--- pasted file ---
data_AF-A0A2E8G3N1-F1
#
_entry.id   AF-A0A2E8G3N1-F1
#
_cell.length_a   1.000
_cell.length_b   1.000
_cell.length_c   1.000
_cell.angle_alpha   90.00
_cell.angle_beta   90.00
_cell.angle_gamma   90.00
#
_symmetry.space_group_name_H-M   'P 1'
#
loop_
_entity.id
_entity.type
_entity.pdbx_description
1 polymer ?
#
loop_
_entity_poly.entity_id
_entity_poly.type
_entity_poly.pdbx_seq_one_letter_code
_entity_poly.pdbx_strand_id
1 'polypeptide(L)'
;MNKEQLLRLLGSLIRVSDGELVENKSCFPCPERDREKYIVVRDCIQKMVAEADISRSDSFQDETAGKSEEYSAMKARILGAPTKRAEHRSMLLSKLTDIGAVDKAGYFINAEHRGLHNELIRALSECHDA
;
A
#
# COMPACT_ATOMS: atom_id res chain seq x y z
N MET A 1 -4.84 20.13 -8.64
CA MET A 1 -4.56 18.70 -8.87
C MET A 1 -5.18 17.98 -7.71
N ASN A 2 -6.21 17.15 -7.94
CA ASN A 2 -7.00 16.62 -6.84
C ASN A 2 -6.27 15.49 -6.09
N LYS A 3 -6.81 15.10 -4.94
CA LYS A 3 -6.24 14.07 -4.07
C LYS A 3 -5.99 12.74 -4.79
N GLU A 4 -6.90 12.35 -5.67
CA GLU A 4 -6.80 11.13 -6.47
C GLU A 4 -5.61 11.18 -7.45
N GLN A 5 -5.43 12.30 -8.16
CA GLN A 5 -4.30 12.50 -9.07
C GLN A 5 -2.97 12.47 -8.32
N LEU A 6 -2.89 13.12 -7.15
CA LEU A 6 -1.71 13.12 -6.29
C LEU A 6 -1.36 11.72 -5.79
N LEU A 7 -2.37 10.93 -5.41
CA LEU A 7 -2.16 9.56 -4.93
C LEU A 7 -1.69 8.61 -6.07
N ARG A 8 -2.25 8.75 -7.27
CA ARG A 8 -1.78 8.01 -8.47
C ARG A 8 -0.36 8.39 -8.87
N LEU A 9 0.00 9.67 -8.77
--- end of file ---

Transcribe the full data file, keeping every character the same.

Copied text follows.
data_AF-A0A2E8G3N1-F1
#
_entry.id   AF-A0A2E8G3N1-F1
#
_cell.length_a   1.000
_cell.length_b   1.000
_cell.length_c   1.000
_cell.angle_alpha   90.00
_cell.angle_beta   90.00
_cell.angle_gamma   90.00
#
_symmetry.space_group_name_H-M   'P 1'
#
loop_
_entity.id
_entity.type
_entity.pdbx_description
1 polymer ?
#
loop_
_entity_poly.entity_id
_entity_poly.type
_entity_poly.pdbx_seq_one_letter_code
_entity_poly.pdbx_strand_id
1 'polypeptide(L)'
;MNKEQLLRLLGSLIRVSDGELVENKSCFPCPERDREKYIVVRDCIQKMVAEADISRSDSFQDETAGKSEEYSAMKARILGAPTKRAEHRSMLLSKLTDIGAVDKAGYFINAEHRGLHNELIRALSECHDA
;
A
#
# COMPACT_ATOMS: atom_id res chain seq x y z
N MET A 1 -4.84 20.13 -8.64
CA MET A 1 -4.56 18.70 -8.87
C MET A 1 -5.18 17.98 -7.71
N ASN A 2 -6.21 17.15 -7.94
CA ASN A 2 -7.00 16.62 -6.84
C ASN A 2 -6.27 15.49 -6.09
N LYS A 3 -6.81 15.10 -4.94
CA LYS A 3 -6.24 14.07 -4.07
C LYS A 3 -5.99 12.74 -4.79
N GLU A 4 -6.90 12.35 -5.67
CA GLU A 4 -6.80 11.13 -6.47
C GLU A 4 -5.61 11.18 -7.45
N GLN A 5 -5.43 12.30 -8.16
CA GLN A 5 -4.30 12.50 -9.07
C GLN A 5 -2.97 12.47 -8.32
N LEU A 6 -2.89 13.12 -7.15
CA LEU A 6 -1.71 13.12 -6.29
C LEU A 6 -1.36 11.72 -5.79
N LEU A 7 -2.37 10.93 -5.41
CA LEU A 7 -2.16 9.56 -4.93
C LEU A 7 -1.69 8.61 -6.07
N ARG A 8 -2.25 8.75 -7.27
CA ARG A 8 -1.78 8.01 -8.47
C ARG A 8 -0.36 8.39 -8.87
N LEU A 9 0.00 9.67 -8.77